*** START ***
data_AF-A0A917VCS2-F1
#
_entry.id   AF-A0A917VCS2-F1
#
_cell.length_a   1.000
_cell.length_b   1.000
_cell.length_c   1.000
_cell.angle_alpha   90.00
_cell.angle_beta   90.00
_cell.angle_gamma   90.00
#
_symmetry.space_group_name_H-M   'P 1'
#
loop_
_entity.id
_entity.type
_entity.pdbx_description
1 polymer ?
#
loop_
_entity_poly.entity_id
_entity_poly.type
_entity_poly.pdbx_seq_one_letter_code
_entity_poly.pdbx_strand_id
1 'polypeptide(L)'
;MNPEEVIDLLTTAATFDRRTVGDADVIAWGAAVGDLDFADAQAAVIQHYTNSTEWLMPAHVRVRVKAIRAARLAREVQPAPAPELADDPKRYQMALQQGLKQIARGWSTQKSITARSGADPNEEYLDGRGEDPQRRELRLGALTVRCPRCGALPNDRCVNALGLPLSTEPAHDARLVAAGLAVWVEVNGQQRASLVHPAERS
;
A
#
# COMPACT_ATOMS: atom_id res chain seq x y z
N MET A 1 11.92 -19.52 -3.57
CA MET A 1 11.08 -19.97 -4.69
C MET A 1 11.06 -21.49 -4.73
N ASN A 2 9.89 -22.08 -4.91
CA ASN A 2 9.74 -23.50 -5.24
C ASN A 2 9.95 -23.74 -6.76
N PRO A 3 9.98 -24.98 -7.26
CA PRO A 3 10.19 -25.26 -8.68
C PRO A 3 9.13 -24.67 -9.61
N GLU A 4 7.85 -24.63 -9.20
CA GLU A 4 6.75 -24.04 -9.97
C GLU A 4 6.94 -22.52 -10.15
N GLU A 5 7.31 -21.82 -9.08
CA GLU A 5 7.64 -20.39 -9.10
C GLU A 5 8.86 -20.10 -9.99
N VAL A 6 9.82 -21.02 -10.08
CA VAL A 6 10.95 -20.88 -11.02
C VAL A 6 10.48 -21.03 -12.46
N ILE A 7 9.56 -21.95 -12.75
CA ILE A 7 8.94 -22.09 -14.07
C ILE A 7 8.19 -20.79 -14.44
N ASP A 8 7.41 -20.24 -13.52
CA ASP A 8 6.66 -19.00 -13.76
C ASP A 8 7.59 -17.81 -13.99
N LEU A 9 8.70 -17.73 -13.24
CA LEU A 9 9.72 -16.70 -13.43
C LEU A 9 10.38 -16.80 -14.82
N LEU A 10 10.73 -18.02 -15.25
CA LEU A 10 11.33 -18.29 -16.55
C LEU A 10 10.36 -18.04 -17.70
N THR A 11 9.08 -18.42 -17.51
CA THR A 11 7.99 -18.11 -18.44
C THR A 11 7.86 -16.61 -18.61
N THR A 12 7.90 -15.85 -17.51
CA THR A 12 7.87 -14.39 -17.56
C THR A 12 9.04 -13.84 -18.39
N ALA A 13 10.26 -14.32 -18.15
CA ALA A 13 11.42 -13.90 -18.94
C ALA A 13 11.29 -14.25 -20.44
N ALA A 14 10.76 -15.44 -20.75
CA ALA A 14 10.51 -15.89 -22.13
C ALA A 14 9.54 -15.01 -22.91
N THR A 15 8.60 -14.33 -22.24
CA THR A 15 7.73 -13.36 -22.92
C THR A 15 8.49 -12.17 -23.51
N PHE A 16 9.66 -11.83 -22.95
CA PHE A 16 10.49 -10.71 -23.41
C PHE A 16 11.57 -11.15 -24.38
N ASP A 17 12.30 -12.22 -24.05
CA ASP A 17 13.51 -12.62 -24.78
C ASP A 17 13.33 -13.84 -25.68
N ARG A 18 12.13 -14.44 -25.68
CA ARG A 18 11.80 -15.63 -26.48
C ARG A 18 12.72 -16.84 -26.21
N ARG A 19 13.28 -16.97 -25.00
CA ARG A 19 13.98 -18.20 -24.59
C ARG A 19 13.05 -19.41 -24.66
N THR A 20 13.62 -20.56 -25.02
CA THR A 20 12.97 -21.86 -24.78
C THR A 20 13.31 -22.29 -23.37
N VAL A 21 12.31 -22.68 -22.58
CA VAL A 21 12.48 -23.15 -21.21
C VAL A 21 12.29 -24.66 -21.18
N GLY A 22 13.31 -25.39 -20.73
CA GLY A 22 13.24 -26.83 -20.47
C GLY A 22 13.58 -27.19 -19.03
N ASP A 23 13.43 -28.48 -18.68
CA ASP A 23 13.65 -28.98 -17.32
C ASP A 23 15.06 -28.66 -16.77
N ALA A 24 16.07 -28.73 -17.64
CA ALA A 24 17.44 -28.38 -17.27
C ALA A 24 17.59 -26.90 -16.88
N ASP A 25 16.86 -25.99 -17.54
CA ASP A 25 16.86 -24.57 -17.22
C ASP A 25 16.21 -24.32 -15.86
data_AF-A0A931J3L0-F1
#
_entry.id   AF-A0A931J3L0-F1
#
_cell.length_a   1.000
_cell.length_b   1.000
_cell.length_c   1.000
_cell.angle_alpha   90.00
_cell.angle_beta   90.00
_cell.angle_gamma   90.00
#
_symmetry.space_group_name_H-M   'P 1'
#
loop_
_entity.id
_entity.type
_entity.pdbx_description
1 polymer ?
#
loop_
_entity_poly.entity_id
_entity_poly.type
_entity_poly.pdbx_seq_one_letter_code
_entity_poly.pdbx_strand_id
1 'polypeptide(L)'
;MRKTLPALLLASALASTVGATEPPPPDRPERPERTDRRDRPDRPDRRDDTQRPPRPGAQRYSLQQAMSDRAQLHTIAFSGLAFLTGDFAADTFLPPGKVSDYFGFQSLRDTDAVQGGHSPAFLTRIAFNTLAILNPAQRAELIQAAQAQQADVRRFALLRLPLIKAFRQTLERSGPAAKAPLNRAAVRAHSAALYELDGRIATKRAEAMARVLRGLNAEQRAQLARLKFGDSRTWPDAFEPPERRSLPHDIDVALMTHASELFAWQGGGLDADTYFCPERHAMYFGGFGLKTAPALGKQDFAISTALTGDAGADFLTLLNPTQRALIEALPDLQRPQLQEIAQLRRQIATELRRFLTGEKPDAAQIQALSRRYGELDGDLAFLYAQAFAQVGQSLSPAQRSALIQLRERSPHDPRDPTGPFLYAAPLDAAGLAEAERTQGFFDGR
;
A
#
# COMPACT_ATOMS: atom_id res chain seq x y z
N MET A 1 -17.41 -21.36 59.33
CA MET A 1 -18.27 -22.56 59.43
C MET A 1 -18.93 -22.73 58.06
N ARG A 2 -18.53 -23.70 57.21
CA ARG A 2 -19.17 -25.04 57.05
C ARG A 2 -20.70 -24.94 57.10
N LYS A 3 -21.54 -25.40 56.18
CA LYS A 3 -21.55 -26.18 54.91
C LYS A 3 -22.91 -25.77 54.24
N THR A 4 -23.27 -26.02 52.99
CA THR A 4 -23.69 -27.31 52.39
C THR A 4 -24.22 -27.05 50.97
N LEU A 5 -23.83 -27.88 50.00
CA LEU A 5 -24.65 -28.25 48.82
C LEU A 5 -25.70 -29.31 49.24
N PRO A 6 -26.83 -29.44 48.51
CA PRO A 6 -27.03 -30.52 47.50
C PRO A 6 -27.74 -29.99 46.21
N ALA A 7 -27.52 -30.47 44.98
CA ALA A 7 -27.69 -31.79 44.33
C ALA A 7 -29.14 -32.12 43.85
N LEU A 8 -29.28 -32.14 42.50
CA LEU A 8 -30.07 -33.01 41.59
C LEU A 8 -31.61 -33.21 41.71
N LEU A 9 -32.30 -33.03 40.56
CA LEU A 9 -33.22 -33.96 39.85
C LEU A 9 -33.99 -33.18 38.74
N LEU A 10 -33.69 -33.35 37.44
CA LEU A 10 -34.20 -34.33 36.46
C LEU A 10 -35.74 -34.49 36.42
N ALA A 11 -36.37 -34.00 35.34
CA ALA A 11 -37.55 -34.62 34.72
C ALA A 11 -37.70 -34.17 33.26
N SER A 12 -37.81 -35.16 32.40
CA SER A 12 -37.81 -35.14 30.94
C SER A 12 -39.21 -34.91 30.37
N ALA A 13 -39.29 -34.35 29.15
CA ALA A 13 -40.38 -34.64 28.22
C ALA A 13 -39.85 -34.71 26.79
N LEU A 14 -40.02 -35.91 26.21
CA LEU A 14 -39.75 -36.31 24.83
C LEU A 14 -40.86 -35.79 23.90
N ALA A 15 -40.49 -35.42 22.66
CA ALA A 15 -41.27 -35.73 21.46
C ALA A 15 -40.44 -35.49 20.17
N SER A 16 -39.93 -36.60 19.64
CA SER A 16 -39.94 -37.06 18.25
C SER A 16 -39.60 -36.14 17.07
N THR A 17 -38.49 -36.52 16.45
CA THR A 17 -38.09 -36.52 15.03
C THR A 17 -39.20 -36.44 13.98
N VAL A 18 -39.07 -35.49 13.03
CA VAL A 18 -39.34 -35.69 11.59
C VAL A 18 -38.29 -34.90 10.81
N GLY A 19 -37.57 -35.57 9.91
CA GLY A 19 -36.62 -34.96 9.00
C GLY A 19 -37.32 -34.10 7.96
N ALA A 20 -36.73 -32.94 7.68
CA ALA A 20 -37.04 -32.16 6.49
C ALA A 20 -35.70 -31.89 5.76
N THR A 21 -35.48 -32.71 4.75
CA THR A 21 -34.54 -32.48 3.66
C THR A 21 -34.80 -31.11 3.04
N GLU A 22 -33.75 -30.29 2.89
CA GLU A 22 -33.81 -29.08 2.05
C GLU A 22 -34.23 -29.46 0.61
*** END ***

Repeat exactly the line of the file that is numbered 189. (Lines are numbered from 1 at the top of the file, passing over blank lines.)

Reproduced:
C VAL A 18 -38.29 -34.90 10.81